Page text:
The rest of it is just a blur. All I really remember is pushing, screaming at the top of my lungs, and staring in wide-eyed terror at the doctor. Then, what seemed like seconds later (I’m told it was about 5 minutes from that first push until he was out), the OB told me to reach down and grab my baby. And I did. And all of a sudden, the moment I had been imagining in my head for months and months and months, the one image I pictured over and over again to calm myself whenever my anxiety got overwhelming—all of a sudden, that moment had arrived and I was living in it. My beautiful little boy, covered in blood and gook, with a big mess of dark hair, was sitting on my chest. My water had broken at 1:05 AM, and he was born 40 minutes later. I felt such immense relief, both that the delivery was over and that Jackson was alive and safe on the outside. He sat with me for about 15 minutes while the OB gave me one small stitch for a tiny periurethral tear, and then the nurses took him a few feet away to weigh him quickly and get him into the hospital’s system. They brought him right back and as soon as I put him to the breast, he latched on and started nursing immediately (and he can thank his big sister for giving me such good experience with this—it made all the difference because I knew exactly what to do). Ed came and snuggled in the bed with us and once again, we were beginning a new journey in our family, this time with our precious Jackson, who brought light into some of the darkest corners of our lives.

I wrote before that it took a bit after he was born for the euphoria to wear off enough for our new reality to sink in. I looked over the foot of the bed at the picture of Hudson in the Arboretum and began to cry. Certainly I was crying for all that would never be, for our family of four with only three, but I was also crying for joy for all that I had right there in the room with me: a family of four with a beautiful new little boy, an amazing husband, and precious memories of the little girl who will always be the big sister. It will never be enough, but I was, and remain, immensely grateful for all that it is.

Thursday, July 14, 2011

Hard Work

Life with an infant is hard. Not to state the obvious. I think, like labor, that there is some evolutionary process that makes parents forget how intense these first few months are. The constant cycle of nursing, sleeping, changing diapers, cleaning up spit-up, doing laundry, pumping milk for bottles that Daddy can give Jackson, washing and sterilizing pump parts and bottles and nipples, waking two or three times a night with a hungry baby, trying to find time to shower and eat and, if we’re lucky, get something together for dinner. It’s a very labor-intensive process, for sure.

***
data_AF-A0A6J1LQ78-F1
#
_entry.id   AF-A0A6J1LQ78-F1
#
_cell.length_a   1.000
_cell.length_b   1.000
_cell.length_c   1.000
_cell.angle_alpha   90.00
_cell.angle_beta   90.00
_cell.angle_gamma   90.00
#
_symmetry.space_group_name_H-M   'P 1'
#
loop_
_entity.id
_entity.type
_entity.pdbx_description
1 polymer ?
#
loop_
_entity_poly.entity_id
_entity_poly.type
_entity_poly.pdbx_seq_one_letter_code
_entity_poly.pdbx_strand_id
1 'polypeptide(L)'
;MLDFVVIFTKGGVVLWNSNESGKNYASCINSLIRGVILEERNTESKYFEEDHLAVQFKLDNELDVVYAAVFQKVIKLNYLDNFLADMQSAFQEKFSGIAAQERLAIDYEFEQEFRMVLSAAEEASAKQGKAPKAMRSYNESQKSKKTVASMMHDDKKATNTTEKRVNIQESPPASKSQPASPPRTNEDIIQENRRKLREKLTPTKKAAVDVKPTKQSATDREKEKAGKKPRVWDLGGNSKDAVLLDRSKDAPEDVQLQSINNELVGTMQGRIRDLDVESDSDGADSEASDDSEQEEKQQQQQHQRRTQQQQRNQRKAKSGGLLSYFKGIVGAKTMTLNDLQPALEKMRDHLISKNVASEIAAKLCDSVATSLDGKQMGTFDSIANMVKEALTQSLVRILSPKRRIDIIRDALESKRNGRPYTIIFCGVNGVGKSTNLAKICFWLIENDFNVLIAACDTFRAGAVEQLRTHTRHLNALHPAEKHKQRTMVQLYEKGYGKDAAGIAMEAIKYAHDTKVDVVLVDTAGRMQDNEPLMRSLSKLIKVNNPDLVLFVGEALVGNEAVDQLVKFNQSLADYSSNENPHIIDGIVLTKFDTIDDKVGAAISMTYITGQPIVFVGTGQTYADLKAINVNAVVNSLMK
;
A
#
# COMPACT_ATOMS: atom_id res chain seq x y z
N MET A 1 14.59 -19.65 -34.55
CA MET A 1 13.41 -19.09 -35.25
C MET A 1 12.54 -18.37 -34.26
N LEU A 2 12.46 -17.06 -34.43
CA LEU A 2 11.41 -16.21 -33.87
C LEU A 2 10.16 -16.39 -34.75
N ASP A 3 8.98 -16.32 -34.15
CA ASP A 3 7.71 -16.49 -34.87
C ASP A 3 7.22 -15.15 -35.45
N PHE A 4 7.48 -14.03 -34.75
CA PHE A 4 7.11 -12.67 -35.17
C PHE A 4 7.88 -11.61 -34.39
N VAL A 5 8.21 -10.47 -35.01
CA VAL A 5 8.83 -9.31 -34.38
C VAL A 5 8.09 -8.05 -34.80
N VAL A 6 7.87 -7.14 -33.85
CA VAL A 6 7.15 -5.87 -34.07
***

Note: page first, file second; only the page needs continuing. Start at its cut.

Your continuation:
I went for my six-week OB checkup last week and the doctor started to take me through an inventory of questions they use to try to identify postpartum depression in recently delivered moms. I had to stop her after the first question, which was “How often are you able to laugh and see the light side of things?” or something like that, and the choices were “As much as I used to,” “Not as much as I used to,” or “Not at all.” I told her that it’s nearly impossible for me to answer a question like that because my baseline is just so far off from a normal postpartum mom. What does it even mean to say I can laugh or see the light side of things as much as I used to? I don’t really have any idea. She scrapped the inventory.

Life with Jackson as an infant is just so very different than life with Hudson was. It is significantly harder, not because he’s a more difficult baby (he’s not at all), but because of all the heavy weight that comes with the baggage of grief. It is hard work mothering an infant. It is even harder when you’re mothering a dead child, too.

For one thing, living these days with him makes me miss her so much more, in so many ways. As I wrote a week or so after he was born, every little thing he does reminds me of what she was like and what our lives were like with her as a tiny baby. Each time I plop him onto the changing table to get dressed or into the crib for a nap or into the bouncy seat so I can shower or into the Ergo to calm him down or onto my lap to sing “The Wheels on the Bus,” I remember. And on top of that is the sheer fact of her absence, the persistent hole in our lives where she should be, where we can barely even imagine her anymore because we have no idea what our lives would be like with two children. A constant thrumming rumbles under every moment of every day: “Hudson… Hudson… Hudson.”

And I struggle every day with trying to live in each moment, to be here with my sweet boy as I still cling so desperately to his sister’s memory. I try hard to remember how lucky I am to be alive, to have Ed and Jackson here with me, to have my memories of Hudson. I feel awful anytime I feel frustrated or get the urge to complain, because I know both what it means to lose a child and how very, very fortunate I am to have one.  And I don’t want to miss out on a single second of Jackson.